1.  Reference Your Taxonomy. Sounds silly, but do you know what constitutes knowledge for your organization? What information should be preserved and structured so that we have the information readily available in case of future need? The rule of thumb we always used was that if two people called with the same problem, it should be recorded. Somewhere along the line that got changed to every-single-thing must be recorded and considered knowledge. This is hardly the case, but there are certain aspects that should be preserved. If you have a proper taxonomy in place, then capturing and recording knowledge is simple: use the taxonomy to categorize what you find out (semantic analysis would be great, tagging is sufficient) and to structure the information you parse. Convert the answers to knowledge-based entries, and you can generate knowledge from your new problems. To maintain existing knowledge, the same process applies, but following the categorization you can find the related content that already exists and improve it.

2.  Leverage Text Analytics. There is a very slim chance that you can identify what you need from the many interactions your organization executes every day. To this end, text analytics helps you analyze the large amount of data and find the elements that would need to be categorized to generate knowledge. Knowing what you are looking for (product names, error codes, knowledge repositories accessed and used, etc.) and analyzing the closed interaction data for those specific words and phrases is the way to find what specific interaction should be parsed, categorized, and processed for knowledge. Text Analytics together with usage logs can help you find the areas in your knowledge repositories that may need some work and improvement – and help you collect more knowledge that you thought you had in those closed records.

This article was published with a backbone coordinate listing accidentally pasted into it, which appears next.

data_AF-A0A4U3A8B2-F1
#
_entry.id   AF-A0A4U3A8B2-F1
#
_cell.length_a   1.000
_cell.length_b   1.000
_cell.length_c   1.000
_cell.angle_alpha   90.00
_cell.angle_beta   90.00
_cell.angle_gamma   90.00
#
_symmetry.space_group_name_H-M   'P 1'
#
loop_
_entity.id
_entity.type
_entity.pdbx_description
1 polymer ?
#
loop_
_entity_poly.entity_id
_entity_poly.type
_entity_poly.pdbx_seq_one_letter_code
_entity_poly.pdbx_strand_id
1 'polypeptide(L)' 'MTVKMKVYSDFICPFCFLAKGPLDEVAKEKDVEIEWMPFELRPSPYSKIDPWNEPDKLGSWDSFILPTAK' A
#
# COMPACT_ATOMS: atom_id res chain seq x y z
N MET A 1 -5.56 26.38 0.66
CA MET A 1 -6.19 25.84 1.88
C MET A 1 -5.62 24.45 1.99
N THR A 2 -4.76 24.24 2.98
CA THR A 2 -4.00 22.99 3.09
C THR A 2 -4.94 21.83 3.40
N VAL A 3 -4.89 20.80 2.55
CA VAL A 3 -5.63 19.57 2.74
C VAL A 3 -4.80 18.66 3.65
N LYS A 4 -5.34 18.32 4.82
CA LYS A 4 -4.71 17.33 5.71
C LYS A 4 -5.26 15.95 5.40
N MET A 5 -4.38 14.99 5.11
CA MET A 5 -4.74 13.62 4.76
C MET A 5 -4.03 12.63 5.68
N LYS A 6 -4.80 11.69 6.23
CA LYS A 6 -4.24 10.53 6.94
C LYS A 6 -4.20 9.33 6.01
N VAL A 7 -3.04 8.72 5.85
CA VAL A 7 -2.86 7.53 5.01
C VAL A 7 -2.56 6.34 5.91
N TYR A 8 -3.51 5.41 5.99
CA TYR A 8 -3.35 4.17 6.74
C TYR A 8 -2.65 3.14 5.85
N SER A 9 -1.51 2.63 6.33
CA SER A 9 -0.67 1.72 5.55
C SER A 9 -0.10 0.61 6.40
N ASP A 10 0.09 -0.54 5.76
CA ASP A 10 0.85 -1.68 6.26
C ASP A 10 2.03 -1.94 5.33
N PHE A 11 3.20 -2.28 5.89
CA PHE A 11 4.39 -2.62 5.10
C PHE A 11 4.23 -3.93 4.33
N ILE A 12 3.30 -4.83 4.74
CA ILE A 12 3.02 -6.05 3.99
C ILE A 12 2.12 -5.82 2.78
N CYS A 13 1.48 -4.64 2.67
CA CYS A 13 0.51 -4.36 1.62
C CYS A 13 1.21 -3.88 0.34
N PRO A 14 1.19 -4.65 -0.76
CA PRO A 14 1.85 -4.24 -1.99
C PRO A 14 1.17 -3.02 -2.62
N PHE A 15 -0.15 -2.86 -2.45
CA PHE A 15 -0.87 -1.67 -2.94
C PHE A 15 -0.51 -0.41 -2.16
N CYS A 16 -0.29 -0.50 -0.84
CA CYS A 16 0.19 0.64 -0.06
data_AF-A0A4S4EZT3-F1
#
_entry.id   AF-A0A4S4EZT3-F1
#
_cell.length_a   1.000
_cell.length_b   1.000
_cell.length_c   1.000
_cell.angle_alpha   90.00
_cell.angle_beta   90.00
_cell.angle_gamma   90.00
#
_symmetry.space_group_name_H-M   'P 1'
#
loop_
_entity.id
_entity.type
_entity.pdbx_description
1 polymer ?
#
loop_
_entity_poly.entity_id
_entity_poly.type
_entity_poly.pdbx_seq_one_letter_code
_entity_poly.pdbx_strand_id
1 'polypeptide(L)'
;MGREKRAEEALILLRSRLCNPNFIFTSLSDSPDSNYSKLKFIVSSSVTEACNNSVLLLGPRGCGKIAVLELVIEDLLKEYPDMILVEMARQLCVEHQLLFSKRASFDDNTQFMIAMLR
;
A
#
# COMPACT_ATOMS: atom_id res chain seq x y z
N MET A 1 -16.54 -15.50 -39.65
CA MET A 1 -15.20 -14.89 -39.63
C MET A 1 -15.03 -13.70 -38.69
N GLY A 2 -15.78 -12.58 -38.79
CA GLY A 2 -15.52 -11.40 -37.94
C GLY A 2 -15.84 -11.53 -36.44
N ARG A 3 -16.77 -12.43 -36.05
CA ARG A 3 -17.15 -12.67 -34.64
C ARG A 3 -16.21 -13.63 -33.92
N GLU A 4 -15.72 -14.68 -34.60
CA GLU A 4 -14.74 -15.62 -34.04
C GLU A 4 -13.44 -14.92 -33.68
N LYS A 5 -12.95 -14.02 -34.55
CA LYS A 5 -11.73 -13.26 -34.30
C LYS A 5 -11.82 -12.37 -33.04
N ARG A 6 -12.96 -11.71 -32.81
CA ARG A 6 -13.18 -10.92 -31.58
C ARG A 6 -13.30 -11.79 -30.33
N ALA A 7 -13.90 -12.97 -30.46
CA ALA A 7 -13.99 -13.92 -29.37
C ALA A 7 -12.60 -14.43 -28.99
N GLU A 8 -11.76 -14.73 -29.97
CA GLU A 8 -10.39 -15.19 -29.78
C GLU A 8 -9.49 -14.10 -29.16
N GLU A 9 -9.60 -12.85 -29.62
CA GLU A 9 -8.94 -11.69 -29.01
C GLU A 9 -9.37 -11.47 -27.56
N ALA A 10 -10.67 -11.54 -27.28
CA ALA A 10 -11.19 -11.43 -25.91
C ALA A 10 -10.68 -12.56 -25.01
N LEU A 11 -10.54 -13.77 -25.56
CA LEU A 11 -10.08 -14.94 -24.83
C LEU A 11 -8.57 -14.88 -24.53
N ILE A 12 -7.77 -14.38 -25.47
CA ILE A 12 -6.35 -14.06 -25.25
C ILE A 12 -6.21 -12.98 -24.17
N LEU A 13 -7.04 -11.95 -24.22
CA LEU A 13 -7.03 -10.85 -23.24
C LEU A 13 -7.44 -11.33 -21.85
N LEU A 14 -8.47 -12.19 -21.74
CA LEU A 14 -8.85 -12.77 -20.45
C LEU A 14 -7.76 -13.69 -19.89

3.  Recognize Unlikely Sources. This is the toughest one, but the one likely to reward you more. Traditionally we only recognize knowledge as that which generates in our organization. The thought that we know better because we have the best background and resources is a logical approach. Alas, in the last few years we have seen the emergence of Subject Matter Experts and online communities that have become excellent sources of knowledge – in some cases even better than the organization. And while it may not sound right, recognizing those unlikely sources of knowledge and tapping into them to aggregate and curate the organizational knowledge is one of the tenets of the service resolution. Parsing and embedding those external conversations and community-generated content as part of the resolution of service interactions or even making them part of the knowledge generation workflow the organization uses to grow the knowledge-base is essential to deliver better resolutions in the future.

All of this, of course, needs a goal – and that goal should be to increase customer (and employee) satisfaction. Alas, that is the topic for another day. What do you think? Is this something you are doing? Is this something you could do? Share your story, ask your questions, and debate the notions down below – we’d love to hear from you.